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November 12, 2009
Toronto Public Health issues update on HINI
Toronto Public Health today provided an update on H1N1 flu activity in Toronto.

“In the past week, we have continued to see an increase in flu cases, emergency room visits, and flu-like illness in schools,” said Dr. David McKeown, Medical Officer of Health for the City of Toronto. “All of these indicators confirm that the virus continues to circulate in Toronto, and vaccination remains the best way to contain the spread of illness.”

As directed by the provincial Ministry of Health and Long-Term Care, Toronto Public Health continues to vaccinate those in the priority groups at 10 immunization clinics across the city. All Toronto clinics will be closed this Sunday, November 15. Starting Monday, November 16, all 10 locations will be open seven days a week.

Toronto Public Health is working with community partners to open five flu assessment centres, consistent with the City’s pandemic response plan. Assessment centres provide health assessment, treatment and referral services for people who have flu-like symptoms. They do not offer vaccine. Assessment centres in Toronto are part of existing health care facilities such as hospitals and community health centres, and are intended to reduce pressure on hospital emergency rooms and to provide wider access to assessment services.

The five flu assessment centres are:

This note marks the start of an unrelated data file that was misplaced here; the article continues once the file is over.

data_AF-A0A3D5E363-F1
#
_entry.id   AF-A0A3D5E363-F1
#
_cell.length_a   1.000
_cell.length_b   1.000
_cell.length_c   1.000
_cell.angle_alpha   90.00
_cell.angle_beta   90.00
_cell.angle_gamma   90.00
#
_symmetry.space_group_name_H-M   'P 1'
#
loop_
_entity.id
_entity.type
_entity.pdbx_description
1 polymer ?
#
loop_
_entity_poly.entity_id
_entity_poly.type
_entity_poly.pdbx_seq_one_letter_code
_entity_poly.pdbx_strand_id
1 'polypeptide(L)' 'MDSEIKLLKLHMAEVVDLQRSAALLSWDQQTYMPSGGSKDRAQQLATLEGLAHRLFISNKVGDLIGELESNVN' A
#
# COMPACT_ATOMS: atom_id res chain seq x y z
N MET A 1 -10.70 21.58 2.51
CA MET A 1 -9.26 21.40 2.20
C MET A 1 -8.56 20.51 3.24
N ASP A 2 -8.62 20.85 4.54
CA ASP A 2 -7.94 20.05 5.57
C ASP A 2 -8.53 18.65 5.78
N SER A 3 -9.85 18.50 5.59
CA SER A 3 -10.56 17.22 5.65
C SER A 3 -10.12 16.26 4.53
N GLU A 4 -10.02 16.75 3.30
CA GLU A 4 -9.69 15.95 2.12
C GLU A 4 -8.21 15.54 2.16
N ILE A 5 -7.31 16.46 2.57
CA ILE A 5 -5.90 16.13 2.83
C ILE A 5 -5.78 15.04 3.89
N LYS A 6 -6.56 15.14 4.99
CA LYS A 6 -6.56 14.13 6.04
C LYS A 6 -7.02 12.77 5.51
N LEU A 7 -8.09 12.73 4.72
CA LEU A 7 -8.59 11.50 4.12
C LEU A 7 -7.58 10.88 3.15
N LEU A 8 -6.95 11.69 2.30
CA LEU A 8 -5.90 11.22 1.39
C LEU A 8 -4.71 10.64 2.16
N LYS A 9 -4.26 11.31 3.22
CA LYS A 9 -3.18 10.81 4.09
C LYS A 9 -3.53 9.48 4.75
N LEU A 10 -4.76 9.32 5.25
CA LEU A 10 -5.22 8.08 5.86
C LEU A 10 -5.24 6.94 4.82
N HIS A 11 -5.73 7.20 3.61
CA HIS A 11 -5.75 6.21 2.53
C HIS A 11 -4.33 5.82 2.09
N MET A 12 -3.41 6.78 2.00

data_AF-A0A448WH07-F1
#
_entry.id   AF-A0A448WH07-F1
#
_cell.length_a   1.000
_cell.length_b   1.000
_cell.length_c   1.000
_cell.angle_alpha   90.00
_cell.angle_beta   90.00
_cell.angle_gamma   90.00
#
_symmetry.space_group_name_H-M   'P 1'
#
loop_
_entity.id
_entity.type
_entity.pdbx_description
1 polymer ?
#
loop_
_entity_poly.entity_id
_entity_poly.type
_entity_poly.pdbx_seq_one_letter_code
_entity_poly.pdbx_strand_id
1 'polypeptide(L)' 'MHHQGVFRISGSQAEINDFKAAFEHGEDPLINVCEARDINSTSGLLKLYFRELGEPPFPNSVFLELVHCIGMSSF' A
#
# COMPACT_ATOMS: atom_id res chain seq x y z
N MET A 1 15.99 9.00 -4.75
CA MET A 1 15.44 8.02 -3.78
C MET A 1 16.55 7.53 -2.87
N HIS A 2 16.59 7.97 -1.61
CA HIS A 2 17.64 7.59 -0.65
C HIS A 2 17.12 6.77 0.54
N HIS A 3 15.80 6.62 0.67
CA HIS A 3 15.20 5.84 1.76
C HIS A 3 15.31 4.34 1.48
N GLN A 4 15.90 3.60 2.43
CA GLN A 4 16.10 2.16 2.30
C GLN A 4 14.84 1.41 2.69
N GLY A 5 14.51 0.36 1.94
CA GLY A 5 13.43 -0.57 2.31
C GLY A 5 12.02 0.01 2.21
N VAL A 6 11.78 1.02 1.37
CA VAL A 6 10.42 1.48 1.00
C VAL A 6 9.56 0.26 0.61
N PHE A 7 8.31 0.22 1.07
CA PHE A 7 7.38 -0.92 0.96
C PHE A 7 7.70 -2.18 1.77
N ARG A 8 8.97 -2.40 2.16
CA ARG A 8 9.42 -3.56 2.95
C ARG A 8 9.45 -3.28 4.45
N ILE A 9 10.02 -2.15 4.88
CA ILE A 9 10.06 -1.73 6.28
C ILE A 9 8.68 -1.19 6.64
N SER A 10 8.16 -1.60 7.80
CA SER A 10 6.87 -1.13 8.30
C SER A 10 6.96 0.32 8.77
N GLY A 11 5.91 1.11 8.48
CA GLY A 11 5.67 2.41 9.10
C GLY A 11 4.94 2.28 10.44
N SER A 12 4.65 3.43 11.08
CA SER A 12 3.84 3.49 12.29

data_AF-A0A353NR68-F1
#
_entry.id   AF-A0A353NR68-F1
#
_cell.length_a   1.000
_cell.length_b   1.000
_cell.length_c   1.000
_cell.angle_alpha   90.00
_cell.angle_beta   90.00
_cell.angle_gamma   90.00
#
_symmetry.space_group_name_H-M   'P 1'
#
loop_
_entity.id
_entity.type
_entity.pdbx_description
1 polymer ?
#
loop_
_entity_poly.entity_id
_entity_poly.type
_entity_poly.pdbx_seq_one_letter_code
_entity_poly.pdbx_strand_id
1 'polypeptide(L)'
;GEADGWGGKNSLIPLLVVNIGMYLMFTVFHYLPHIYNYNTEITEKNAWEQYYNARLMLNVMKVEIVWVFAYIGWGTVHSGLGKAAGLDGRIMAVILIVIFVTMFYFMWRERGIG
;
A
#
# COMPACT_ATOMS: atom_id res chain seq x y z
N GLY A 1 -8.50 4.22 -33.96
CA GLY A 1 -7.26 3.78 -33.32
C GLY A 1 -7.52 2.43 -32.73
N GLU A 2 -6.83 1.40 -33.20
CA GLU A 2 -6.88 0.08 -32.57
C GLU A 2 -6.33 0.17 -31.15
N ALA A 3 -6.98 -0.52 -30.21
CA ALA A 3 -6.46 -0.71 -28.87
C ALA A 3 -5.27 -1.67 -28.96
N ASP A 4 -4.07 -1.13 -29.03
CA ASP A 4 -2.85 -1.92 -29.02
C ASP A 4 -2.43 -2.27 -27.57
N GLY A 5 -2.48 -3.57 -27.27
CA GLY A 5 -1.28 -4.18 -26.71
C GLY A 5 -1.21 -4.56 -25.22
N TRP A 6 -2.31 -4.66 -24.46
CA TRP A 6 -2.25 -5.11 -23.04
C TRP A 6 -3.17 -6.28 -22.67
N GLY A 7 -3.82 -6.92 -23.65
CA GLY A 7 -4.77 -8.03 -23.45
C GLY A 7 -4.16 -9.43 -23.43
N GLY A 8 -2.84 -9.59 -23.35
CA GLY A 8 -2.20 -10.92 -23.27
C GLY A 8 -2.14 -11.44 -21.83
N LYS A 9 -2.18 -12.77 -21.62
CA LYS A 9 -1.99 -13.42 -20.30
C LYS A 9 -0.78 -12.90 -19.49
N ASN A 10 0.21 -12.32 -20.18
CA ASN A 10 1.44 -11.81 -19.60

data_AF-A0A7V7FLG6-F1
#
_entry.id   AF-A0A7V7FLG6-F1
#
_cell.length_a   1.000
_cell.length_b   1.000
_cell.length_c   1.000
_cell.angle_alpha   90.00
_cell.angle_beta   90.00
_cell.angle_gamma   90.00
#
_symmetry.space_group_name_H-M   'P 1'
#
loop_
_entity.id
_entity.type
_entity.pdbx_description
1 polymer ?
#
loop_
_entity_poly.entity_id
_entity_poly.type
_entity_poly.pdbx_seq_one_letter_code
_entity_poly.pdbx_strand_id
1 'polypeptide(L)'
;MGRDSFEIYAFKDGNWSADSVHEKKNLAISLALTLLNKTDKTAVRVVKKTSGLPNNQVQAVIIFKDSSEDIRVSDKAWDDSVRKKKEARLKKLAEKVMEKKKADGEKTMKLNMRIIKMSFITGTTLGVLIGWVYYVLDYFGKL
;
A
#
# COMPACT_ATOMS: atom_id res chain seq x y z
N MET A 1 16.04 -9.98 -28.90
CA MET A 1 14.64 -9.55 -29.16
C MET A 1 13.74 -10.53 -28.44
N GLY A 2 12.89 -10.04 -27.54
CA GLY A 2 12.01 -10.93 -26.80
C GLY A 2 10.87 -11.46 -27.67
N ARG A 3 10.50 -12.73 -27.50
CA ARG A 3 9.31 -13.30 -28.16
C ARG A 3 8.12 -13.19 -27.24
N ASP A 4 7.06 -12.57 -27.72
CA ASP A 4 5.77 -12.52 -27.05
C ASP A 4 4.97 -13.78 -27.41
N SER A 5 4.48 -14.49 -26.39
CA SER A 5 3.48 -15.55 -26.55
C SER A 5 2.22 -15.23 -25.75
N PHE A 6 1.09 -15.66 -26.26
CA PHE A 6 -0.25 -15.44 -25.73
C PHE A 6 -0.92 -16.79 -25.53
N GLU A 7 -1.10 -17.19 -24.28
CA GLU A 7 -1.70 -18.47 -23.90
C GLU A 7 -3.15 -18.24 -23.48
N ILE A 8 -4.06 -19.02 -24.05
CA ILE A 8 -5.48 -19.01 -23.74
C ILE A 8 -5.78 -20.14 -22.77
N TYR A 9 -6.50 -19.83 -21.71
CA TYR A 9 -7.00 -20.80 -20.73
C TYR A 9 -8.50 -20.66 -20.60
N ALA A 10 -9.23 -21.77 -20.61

The Scarborough Hospital - opening today, Thursday, November 12, 3000 Lawrence Ave. E., Building A, 2nd Floor
South East Toronto Family Health Team - opening Monday, November 16, 840 Coxwell Ave., Suite 105
York Community Services - opening Monday, November 16, 1651 Keele St., Main Floor
Humber River Regional Hospital - opening Tuesday, November 17, Finch Professional Building, 2115 Finch Ave. W., Main Floor
Sherbourne Health Centre - opening Wednesday, November 18, 333 Sherbourne St.

Most people who get sick with the flu recover fully without medical treatment. However, anyone who thinks they have H1N1 and feels they need medical treatment should first make an appointment with a doctor. If they don’t have a doctor or access to a walk-in clinic, then the flu assessment centres can provide treatment and referral services. Flu Assessment Centres do not take the place of emergency rooms, and do not treat people with severe illness.

Vaccination clinic schedules and information about Flu Assessment Centres and the services they provide are available at or by calling 311.

Media contact: Susan Sperling, Toronto Public Health, 416-338-7974,



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